Despite the cold, the darkness and the high pressure, ocean trenches are home to ecosystems similar in many ways to those found on other parts of the planet. In one important respect, though, they are different. This is where the energy that powers them comes from. In most ecosystems, sunlight fuels the growth of plants which are then consumed by animals. In a few shallower parts of the ocean, hydrothermal vents provide energy-rich chemicals that form the basis of local food chains. No vents are known to exist below 5,000 metres, though, and no sunlight penetrates a trench. The organisms found in them thus depend entirely on dead organic material raining down upon them from far above.
Mon, 13 Feb 2017 00:00 UTC
Developed by Northwestern University scientists, the device, called the Micro-ring resonator detector, can determine the speed of the blood flow and the oxygen metabolic rate at the back of the eye. This information could help diagnose such common and debilitating diseases as macular degeneration and diabetes.
The Micro-ring device builds upon Professor Hao F. Zhang's groundbreaking work in 2006 to develop photoacoustic imaging, which combines sound and light waves to create images of biological materials. The imaging technique is being widely explored for both fundamental biological investigations and clinical diagnosis, from nanoscopic cellular imaging to human breast cancer screening.
Tue, 14 Feb 2017 18:41 UTC
It's long been known that the magnetic field - extending from the centre of the planet out to about 65,000 kilometres above the surface - changes over time. The north and south poles shift to and fro over centuries, and every few hundred thousand years they even swap places.
Since the development of pottery, these movements have been inadvertently encoded in human artefacts. Clay contains small amounts of a mineral known as magnetite. When fired in a kiln, the magnetite transforms into a permanent record of the intensity and alignment of the magnetic field at that moment.
Today, movement in the magnetic fields are made accurately and easily, but recreating past shifts - a field known as archaeomagnetism - is confounded by, among other things, difficulties in accurately estimating the age of artefacts used in the dating process.
But now a research team led by Erez Ben-Yosef of Tel Aviv University in Israel has used samples from clay jars dating from between the eighth and second centuries BCE to produce extremely accurate measurements of field activity in the Levant.
The key to the team's precision lies in the welcome habit of the ancient Judeans of marking their jars with stamps specific to the ruling entities of the area. As rulers came and went, so too did the inscriptions.
NASA spends $2mn on 'advanced life support tech' for deep space travel potentially furthering long distance space exploration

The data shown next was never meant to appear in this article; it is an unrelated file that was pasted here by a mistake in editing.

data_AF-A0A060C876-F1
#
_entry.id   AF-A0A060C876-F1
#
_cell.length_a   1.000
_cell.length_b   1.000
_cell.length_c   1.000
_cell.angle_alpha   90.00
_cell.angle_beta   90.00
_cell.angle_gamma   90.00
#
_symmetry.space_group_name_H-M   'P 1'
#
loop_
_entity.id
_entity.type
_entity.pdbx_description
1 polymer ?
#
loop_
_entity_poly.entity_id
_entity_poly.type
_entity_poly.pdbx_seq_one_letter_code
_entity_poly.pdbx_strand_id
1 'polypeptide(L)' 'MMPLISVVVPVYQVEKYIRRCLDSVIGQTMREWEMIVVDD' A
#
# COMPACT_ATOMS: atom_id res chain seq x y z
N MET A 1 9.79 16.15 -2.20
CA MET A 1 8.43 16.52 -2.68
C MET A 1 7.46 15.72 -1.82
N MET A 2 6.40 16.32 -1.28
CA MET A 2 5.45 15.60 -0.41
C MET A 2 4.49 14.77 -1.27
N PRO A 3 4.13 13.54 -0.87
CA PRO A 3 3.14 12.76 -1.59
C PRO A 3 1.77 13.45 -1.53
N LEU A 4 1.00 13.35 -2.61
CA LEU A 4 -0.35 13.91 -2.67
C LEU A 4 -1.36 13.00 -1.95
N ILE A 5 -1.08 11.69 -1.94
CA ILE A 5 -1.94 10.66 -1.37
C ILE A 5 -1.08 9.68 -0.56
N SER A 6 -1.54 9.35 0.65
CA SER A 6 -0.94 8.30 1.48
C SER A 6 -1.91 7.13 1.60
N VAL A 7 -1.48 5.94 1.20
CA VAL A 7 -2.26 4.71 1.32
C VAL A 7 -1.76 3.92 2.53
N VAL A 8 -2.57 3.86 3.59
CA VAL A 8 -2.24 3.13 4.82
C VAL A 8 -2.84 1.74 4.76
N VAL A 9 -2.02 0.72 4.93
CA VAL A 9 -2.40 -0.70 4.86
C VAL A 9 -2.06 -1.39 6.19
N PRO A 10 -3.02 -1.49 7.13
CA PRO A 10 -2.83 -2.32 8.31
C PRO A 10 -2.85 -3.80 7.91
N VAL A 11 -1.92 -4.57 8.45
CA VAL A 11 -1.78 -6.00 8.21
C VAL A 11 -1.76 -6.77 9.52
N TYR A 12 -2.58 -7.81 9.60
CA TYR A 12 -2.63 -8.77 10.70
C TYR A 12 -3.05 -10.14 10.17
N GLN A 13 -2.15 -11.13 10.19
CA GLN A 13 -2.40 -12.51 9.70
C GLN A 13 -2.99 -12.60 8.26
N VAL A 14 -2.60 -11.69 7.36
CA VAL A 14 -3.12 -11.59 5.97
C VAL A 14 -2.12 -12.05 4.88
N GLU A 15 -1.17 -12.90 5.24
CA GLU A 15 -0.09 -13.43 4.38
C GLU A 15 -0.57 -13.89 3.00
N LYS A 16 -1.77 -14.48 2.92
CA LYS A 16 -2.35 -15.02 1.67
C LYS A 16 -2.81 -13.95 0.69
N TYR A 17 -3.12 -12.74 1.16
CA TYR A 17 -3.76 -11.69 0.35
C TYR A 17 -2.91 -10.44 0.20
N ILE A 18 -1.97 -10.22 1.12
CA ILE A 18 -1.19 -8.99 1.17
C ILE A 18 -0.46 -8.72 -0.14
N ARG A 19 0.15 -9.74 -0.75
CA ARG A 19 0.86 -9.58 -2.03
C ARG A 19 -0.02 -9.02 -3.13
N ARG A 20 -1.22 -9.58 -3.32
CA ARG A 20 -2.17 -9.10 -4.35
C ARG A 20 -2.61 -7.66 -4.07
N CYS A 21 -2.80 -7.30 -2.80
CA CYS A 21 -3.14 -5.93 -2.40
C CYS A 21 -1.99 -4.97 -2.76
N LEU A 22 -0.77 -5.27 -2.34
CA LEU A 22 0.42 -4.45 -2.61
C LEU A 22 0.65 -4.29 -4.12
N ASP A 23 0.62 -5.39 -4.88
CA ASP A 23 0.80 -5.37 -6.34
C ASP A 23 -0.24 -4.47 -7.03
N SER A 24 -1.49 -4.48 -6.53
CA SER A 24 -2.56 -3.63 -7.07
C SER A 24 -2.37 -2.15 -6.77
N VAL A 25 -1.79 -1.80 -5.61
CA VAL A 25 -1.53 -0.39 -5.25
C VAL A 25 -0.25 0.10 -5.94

Tue, 14 Feb 2017 14:25 UTC
The projects aim to advance the use of oxygen recovery technology which will convert carbon dioxide back into oxygen. It's hoped it will help astronauts breathe a little easier in deep space during long missions.
The selected proposals came from Honeywell Aerospace based in Phoenix, Arizona and UMPQUA Research Co. from Myrtle Creek in Oregon.
Comment: See also: Life in space stops aging says NASA
New study reveals major fault under Ventura California could cause more earthquake damage than previously suspected
Tue, 14 Feb 2017 00:00 UTC
The Ventura-Pitas Point fault in southern California has been the focus of a lot of recent attention because it is thought to be capable of magnitude 8 earthquakes. It underlies the city of Ventura and runs offshore, and thus may be capable of generating tsunamis.
Since it was identified as an active and potentially dangerous fault in the late 1980s, there has been a controversy about its location and geometry underground, with two competing models.
Originally, researchers assumed the fault was planar and steeply dipping, like a sheet of plywood positioned against a house, to a depth of about 13 miles. But a more recent study, published in 2014, suggested the fault had a "ramp-flat geometry," with a flat section between two tilting sections, similar to a portion of a staircase.
Google's New AI Has Learned to Become "Highly Aggressive" in Stressful Situations Using Tactics to Always Come Out on Top
Mon, 13 Feb 2017 00:00 UTC
We've all seen the Terminator movies, and the apocalyptic nightmare that the self-aware AI system, Skynet, wrought upon humanity, and now results from recent behaviour tests of Google's new DeepMind AI system are making it clear just how careful we need to be when building the robots of the future.
In tests late last year, Google's DeepMind AI system demonstrated an ability to learn independently from its own memory, and beat the world's best Go players at their own game.
It's since been figuring out how to seamlessly mimic a human voice.
Now, researchers have been testing its willingness to cooperate with others, and have revealed that when DeepMind feels like it's about to lose, it opts for "highly aggressive" strategies to ensure that it comes out on top.